Saturday, December 28, 2013

Different Words for Happiness

In today’s culture, there is a growing myth that suggests that extroverts are happier than introverts. A lot of research too seems to support this theory and tacitly, even introverts buy into this. But how true is this research?  

In her engaging book, The Introvert’s Way, Sophia Dembling cuts through all the smoke and mirrors. She talks about research done by psychologist Will Fleeson, PhD, of Wake Forest University, which found a strong correlation between acting extroverted and feeling happy. In several studies, Fleeson asked students to periodically record how extroverted they were behaving as well as how happy they felt at such times. Fleeson’s research ended up suggesting that behaving like extroverts would make introverts happier. 

Dembling talks about delving deep into this research and coming up with questions that she later posed to the researcher. “The first thing Fleeson explained to me is that he used a very specific definition of extroversion. None of Jung’s energy-in/energy-out stuff. Instead, he had people describe how they were feeling in words he says are most consistently used to describe extroversion: talkative, enthusiastic, assertive, bold, energetic. He also used a specific set of words to describe positive affect (science-speak for looking happy): excited, enthusiastic, proud, alert, interested, strong, inspired, determined, attentive, active.” 

In fact, most of the words used to describe both feelings as well as happy behaviour were extrovert-centric. Dembling goes on to say: “Where are introvert-centric terms such as peaceful, content, engaged, engrossed, focused, amused, composed, and calm?”   

Fleeson had based the design of his study on a three-legged stool description of happiness commonly used by researchers, but had ended up using only one leg of this stool – positive affect. According to Dembling, positive affect is basically “the kind of “happy” that other people can see: visible, external, noisy happy.” Fleeson didn’t include either life satisfaction (our own judgement of how our lives are working overall, instead of our happiness or unhappiness at a specific moment) – or the absence of negative affect (an absence of negative feelings like anxiety, fear and anger, which means we are at peace with life and feel calm) in his overall design. 

Isn’t feeling calm an “introverted” way of being happy? Dembling says: “But Fleeson didn’t use that leg in his research, and so one could argue that words describing introvert happiness are not even included in the way Fleeson measured happiness.” With an incomplete design and research that was biased towards what Dembing calls“extrovert-style happiness,” Fleeson had reached a conclusion that added to the narrative of extroverts as happy and introverts as “should-be-extroverts.” 

As human beings, we all exist on a continuum and introverts can “act” extroverted when the situation calls for it. But a lot of our unhappiness stems from the fact that we feel pressured to constantly behave like extroverts. And in societies that prize extroversion, like America, we are not the in-group. Being on the fringes obviously affects our happiness as well.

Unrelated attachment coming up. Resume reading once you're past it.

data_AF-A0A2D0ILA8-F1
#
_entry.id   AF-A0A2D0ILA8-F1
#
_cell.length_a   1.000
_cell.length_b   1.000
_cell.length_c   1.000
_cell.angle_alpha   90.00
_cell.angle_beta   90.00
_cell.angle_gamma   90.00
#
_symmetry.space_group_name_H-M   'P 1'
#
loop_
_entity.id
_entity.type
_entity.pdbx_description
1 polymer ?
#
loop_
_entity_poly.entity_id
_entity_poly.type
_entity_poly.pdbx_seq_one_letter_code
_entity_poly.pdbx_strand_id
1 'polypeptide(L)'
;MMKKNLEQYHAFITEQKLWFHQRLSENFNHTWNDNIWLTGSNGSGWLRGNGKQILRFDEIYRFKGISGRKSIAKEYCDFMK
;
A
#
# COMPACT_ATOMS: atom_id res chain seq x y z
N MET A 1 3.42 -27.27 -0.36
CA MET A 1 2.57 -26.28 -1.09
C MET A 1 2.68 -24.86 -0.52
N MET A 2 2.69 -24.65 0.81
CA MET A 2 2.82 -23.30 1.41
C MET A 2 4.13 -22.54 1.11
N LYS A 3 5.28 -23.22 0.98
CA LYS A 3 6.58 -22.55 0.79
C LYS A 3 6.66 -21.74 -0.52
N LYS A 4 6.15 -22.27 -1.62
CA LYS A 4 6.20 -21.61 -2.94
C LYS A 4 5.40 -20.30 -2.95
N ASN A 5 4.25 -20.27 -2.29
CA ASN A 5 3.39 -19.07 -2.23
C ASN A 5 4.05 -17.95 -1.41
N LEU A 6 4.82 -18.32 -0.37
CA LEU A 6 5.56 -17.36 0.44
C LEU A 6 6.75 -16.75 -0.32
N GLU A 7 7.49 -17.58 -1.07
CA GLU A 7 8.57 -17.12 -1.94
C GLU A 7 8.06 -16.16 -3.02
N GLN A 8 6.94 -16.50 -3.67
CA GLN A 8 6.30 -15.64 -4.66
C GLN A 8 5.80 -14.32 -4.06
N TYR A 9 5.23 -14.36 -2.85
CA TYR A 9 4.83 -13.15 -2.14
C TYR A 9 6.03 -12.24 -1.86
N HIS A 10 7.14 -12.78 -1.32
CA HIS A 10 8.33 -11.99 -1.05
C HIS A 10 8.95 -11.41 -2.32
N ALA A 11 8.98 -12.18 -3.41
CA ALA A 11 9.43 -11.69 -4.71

But owning our true nature can point us to our true north. If being happy means that I feel content or connected or whole, I can channel my energy towards activities that bring me those feelings instead of worrying about what’s wrong with me when I don’t feel like attending a big party. Claiming our own words for happiness can help us connect to our own sources of happiness.


  1. its funny you mention about a party... I find that on my birthdays.... It just that when its your birthday everything is about you.. there's so much pressure!!! I am like... " It's my birthday.. shouldn't I be allowed to feel happy... or sad" ...

    And why is everything about our feelings... psychologists are obsessed with that.. aint they ??

    1. Yes, I can imagine ! It's great if you enjoy big parties, but even if you do, what you feel right then could be anything, like you said.

      I don't think everything is about our feelings, but feelings are an important part of who we are. But more important than them are the underlying values we want to live by. Many times, I think that I get swept up in momentary feelings and regret it. I wish I could behave more objectively.

  2. momentory feelings ??? you mean you are tempremental??---- see if you keep telling yourself that it's not about you...your life isn't yours... then you wont be tempremental...!!! Its the first chapter in this book called 'Purpose driven life'... Truly was a life changing book for me... Purpose driven life by Rick Warren!!!m[He is from California]

    1. Thank you. I mean that sometimes I feel things so much, I think they are the only reality. I feel in that moment that I am my feeling. But that's not true - there's a bigger, objective principle that I want to follow. I think both things are true: that your life is completely your own and your own responsibility as well as that it's not. Thanks for the book suggestion Hersh.